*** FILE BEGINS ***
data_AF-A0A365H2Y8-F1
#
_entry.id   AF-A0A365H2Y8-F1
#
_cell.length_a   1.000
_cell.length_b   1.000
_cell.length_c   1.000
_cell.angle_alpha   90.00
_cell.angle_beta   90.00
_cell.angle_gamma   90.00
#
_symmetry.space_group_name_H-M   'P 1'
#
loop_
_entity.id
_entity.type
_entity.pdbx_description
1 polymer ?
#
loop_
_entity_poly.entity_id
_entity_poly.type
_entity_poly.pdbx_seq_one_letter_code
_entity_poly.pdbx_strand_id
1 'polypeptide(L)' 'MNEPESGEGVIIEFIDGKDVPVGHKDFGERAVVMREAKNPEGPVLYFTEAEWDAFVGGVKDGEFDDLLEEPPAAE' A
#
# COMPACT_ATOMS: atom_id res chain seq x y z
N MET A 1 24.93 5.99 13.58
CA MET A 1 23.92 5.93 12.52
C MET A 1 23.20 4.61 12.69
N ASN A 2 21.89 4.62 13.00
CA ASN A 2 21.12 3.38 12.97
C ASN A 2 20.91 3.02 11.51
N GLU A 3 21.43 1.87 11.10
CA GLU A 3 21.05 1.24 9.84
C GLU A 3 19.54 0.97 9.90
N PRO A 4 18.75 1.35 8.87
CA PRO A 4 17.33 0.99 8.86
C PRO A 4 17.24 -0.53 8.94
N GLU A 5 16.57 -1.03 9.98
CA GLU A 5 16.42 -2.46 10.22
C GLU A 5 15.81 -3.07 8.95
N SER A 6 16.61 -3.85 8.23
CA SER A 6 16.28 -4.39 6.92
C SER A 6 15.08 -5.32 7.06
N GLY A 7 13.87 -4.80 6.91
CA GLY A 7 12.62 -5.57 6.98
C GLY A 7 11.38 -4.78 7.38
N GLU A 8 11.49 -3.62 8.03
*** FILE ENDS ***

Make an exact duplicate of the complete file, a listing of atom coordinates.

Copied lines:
data_AF-A0A365H2Y8-F1
#
_entry.id   AF-A0A365H2Y8-F1
#
_cell.length_a   1.000
_cell.length_b   1.000
_cell.length_c   1.000
_cell.angle_alpha   90.00
_cell.angle_beta   90.00
_cell.angle_gamma   90.00
#
_symmetry.space_group_name_H-M   'P 1'
#
loop_
_entity.id
_entity.type
_entity.pdbx_description
1 polymer ?
#
loop_
_entity_poly.entity_id
_entity_poly.type
_entity_poly.pdbx_seq_one_letter_code
_entity_poly.pdbx_strand_id
1 'polypeptide(L)' 'MNEPESGEGVIIEFIDGKDVPVGHKDFGERAVVMREAKNPEGPVLYFTEAEWDAFVGGVKDGEFDDLLEEPPAAE' A
#
# COMPACT_ATOMS: atom_id res chain seq x y z
N MET A 1 24.93 5.99 13.58
CA MET A 1 23.92 5.93 12.52
C MET A 1 23.20 4.61 12.69
N ASN A 2 21.89 4.62 13.00
CA ASN A 2 21.12 3.38 12.97
C ASN A 2 20.91 3.02 11.51
N GLU A 3 21.43 1.87 11.10
CA GLU A 3 21.05 1.24 9.84
C GLU A 3 19.54 0.97 9.90
N PRO A 4 18.75 1.35 8.87
CA PRO A 4 17.33 0.99 8.86
C PRO A 4 17.24 -0.53 8.94
N GLU A 5 16.57 -1.03 9.98
CA GLU A 5 16.42 -2.46 10.22
C GLU A 5 15.81 -3.07 8.95
N SER A 6 16.61 -3.85 8.23
CA SER A 6 16.28 -4.39 6.92
C SER A 6 15.08 -5.32 7.06
N GLY A 7 13.87 -4.80 6.91
CA GLY A 7 12.62 -5.57 6.98
C GLY A 7 11.38 -4.78 7.38
N GLU A 8 11.49 -3.62 8.03